Outpacing change

I’m one of the few people in the lighting world who never had the privilege of knowing Jonathan Speirs.

But as tributes to the pioneering designer flood in from far and wide, I’m starting to feel like I did.

His long and distinguished career holds many timeless lessons for the industry – creativity, generosity, challenging orthodoxies. But his passing also provided me with a reminder of how fast things are moving in the lighting business. One of Speirs’ colleagues I spoke to reflected on how much had changed even in the short time since Speirs gave up his day-to-day job in 2010.

Technology is buffeting the lighting world – in the July issue of Lux we’ve got calls for all public lighting to go LED in eight years, news of a massive LED lighting deal with a major retailer, arguments for wider acceptance of quality standards that currently apply only in the US and a debate on the applicability of light output ratio to LED-based products.

But this is just the latest of numerous industries to feel the impact of advances in electronics, and adapting isn’t easy. The music business has suffered from its slowness to respond to the digital revolution. Film and book publishing have faced similar difficulties.

And just look at Kodak – once the masters of photographic kit, but reduced to filing for bankruptcy earlier this year.
The market for traditional camera film, on which the 123-year-old Eastman Kodak Company was built, evaporated with alarming rapidity when digital photography took off around the millennium.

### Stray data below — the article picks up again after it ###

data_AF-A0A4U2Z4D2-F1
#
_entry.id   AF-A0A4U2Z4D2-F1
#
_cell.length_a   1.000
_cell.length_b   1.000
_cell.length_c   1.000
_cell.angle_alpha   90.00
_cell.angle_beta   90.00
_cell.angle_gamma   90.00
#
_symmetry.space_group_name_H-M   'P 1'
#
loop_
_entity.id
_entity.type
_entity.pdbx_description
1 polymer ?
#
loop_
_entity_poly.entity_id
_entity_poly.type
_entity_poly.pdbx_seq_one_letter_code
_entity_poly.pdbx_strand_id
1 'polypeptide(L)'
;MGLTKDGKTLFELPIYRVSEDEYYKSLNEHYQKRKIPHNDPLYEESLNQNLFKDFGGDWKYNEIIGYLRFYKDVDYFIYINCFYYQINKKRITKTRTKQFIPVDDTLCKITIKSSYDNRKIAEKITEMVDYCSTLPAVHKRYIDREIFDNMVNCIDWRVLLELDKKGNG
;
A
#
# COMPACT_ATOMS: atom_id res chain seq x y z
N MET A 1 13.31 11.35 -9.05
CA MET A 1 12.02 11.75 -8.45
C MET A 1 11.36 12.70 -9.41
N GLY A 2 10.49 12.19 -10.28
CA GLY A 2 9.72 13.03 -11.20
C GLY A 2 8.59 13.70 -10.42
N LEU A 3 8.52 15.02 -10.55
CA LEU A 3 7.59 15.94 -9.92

The funny thing is, Kodak didn’t miss what was happening. Andrew Hill wrote an excellent account of the firm’s demise in the Financial Times recently, showing how the company had been playing with digital technology since as far back as the 1970s. But the organisational challenge of adapting to the new world still proved too great.

One has to sympathise with the firm’s inertia. Profitable, established revenue streams found themselves competing with growing, but less lucrative, new areas of business. Hill describes a company that groaned under the weight of its own legacy. Bosses of today’s tech and manufacturing companies, he says, ought to keep asking themselves, ‘What is our Kodak moment, and how can we avoid it?’

With the changes sweeping through the lighting market thanks to new technology and the energy-saving agenda, it’s hard to imagine that in the years to come, there won’t be a few Kodak moments – even for companies with the best of intentions. Smile.

Halogen’s been living on borrowed time

The Eurocrats must know the drill by now, says Ray Molony, Lux editor

Making sense of it all

Lighting buyers certainly don’t lack choice. That much was clear from the sheer scale of April’s Light + Building exhibition